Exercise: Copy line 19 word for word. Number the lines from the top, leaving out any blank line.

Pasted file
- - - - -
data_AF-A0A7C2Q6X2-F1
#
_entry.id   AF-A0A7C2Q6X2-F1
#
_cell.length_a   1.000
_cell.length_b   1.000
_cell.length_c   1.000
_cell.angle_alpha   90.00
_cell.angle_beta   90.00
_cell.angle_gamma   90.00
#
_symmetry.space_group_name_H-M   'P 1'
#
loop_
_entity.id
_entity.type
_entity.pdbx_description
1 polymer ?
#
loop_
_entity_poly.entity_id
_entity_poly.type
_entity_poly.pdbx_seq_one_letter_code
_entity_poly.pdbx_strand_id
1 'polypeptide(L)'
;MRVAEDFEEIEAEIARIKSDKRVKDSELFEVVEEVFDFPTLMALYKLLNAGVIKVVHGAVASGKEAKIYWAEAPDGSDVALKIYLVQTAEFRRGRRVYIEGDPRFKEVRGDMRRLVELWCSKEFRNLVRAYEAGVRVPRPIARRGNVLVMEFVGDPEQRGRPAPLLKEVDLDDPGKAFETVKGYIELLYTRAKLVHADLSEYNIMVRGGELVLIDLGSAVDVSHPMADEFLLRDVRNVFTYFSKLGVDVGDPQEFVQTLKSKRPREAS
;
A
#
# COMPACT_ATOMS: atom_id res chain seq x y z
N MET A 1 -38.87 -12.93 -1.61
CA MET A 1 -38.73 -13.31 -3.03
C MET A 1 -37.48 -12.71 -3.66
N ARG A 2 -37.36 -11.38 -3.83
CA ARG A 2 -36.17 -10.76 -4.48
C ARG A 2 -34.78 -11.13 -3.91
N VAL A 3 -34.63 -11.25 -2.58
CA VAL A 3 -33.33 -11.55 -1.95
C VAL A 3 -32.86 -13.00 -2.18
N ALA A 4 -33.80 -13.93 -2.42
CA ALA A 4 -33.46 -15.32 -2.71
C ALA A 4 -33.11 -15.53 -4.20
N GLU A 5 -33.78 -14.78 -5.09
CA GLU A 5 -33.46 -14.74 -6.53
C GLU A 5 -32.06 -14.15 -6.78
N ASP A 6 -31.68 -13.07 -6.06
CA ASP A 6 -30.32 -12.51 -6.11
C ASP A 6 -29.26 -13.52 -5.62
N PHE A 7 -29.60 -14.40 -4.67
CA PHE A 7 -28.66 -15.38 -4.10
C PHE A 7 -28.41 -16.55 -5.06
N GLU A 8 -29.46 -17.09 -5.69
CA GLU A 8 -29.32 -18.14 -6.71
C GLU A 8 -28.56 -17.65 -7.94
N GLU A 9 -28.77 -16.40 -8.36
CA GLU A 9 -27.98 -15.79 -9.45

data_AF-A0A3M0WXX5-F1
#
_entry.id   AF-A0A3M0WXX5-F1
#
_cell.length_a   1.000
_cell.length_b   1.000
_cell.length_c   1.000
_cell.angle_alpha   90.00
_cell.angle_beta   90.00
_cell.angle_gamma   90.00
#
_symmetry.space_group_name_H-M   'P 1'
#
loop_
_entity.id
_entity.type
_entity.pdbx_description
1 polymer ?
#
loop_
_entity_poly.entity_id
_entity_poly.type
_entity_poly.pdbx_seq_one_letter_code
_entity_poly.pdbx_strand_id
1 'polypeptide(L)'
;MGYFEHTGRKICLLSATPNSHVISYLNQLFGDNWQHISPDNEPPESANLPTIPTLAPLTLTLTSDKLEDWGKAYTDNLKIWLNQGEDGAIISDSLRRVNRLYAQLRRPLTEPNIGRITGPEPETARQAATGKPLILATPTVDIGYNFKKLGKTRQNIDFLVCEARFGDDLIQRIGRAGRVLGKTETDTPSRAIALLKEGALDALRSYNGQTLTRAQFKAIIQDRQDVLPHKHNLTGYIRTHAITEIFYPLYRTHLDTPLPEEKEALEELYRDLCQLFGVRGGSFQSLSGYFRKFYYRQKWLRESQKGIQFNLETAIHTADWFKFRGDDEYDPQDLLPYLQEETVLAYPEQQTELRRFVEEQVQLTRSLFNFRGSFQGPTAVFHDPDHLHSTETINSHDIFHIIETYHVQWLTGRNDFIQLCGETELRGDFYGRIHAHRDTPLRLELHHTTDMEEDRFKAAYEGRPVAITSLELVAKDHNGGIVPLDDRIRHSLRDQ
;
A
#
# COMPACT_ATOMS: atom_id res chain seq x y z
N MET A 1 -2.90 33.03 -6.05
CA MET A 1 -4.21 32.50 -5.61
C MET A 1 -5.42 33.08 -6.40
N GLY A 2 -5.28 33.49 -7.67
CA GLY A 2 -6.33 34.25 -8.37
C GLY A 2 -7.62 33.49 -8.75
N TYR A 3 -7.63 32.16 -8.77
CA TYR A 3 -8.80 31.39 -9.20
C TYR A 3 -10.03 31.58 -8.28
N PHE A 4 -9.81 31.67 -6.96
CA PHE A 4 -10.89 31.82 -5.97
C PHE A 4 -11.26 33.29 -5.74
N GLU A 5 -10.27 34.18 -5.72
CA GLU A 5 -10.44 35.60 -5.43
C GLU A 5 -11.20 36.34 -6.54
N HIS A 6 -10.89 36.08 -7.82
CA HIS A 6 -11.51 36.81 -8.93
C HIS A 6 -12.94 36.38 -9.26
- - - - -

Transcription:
#